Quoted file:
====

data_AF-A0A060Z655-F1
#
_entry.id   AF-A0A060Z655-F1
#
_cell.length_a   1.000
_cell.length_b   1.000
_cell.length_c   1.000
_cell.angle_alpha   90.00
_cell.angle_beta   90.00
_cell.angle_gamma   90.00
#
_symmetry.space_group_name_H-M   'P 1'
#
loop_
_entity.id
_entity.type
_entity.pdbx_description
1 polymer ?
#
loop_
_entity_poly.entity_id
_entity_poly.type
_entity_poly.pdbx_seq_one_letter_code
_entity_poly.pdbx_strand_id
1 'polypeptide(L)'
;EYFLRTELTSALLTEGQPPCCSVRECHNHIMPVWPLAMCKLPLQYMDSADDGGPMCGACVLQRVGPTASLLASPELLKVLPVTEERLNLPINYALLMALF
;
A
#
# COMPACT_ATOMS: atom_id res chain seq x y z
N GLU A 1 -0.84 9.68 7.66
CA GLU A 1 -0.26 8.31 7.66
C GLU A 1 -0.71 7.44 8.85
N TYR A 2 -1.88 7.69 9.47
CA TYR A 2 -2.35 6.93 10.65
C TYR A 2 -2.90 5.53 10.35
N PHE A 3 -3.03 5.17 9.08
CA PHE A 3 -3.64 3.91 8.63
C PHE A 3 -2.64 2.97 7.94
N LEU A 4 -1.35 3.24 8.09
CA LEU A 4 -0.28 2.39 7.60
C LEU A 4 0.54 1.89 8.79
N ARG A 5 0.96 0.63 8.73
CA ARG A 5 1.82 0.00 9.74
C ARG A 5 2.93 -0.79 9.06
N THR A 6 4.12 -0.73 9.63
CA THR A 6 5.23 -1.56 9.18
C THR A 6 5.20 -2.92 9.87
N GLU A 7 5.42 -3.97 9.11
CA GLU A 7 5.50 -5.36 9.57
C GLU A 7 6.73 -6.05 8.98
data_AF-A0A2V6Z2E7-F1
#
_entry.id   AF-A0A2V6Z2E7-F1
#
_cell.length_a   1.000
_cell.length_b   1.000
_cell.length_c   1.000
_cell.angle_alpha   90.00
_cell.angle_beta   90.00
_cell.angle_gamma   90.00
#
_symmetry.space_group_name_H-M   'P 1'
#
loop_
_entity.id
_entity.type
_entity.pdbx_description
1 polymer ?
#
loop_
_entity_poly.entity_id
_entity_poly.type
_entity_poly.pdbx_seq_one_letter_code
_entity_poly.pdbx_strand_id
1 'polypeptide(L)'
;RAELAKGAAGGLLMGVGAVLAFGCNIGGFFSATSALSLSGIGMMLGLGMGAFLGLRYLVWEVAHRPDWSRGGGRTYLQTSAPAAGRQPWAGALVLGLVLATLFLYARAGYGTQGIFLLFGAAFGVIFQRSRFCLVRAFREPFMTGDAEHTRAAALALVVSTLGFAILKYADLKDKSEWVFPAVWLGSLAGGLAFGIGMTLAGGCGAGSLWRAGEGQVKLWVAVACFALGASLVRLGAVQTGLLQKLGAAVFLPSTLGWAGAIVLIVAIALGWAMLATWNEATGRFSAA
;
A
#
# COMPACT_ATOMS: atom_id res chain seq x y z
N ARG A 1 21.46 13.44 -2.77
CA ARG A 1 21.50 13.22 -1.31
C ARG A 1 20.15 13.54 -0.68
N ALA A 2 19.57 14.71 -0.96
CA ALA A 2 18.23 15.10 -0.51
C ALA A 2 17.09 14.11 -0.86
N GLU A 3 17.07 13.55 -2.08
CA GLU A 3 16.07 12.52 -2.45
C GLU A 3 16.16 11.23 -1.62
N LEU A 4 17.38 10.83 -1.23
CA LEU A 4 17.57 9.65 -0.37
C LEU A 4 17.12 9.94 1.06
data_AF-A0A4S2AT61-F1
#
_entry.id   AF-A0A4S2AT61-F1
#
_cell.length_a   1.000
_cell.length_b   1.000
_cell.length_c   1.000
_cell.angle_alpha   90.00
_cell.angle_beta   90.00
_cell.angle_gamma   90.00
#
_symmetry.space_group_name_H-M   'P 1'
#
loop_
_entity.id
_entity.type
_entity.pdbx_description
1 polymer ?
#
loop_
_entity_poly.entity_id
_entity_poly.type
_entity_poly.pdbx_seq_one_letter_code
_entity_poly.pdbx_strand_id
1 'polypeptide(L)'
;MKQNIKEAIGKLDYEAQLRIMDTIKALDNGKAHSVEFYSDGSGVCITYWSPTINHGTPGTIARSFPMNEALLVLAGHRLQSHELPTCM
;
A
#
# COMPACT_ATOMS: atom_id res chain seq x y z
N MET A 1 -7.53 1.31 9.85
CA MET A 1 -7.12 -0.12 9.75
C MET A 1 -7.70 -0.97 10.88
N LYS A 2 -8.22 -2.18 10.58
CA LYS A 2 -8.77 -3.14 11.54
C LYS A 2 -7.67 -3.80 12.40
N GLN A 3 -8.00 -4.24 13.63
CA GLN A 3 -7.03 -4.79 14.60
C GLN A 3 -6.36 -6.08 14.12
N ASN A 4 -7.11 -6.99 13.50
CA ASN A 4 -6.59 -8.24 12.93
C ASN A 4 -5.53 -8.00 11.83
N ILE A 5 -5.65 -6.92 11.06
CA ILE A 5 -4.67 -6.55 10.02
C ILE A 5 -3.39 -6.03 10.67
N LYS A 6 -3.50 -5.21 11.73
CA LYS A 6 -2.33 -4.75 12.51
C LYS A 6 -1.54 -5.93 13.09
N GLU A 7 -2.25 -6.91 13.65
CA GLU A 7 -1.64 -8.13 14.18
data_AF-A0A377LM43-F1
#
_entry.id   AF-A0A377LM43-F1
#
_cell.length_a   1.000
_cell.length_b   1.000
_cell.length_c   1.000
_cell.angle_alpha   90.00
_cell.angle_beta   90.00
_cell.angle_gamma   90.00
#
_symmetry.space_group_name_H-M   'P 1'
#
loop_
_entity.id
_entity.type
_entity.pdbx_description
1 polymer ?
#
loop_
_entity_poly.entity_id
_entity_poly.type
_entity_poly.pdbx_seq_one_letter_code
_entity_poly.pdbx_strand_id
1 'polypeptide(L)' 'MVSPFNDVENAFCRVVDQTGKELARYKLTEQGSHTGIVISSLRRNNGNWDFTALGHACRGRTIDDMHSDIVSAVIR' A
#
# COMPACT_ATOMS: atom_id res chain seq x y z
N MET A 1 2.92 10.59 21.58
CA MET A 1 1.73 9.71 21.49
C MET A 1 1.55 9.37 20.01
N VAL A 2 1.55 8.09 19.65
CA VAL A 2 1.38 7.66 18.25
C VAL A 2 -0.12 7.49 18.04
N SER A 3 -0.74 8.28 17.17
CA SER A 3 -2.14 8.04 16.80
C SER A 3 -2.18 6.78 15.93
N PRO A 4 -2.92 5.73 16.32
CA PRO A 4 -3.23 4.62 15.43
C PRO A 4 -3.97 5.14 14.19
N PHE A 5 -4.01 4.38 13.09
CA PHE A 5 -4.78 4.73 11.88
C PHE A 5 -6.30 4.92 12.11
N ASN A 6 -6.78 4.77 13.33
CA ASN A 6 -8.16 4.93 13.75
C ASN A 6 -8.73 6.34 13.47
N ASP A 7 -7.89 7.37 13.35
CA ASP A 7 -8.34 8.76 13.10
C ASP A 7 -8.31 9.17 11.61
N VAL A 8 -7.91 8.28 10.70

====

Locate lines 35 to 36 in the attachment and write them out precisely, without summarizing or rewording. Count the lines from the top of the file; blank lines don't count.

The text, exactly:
CA TYR A 2 -2.35 6.93 10.65
C TYR A 2 -2.90 5.53 10.35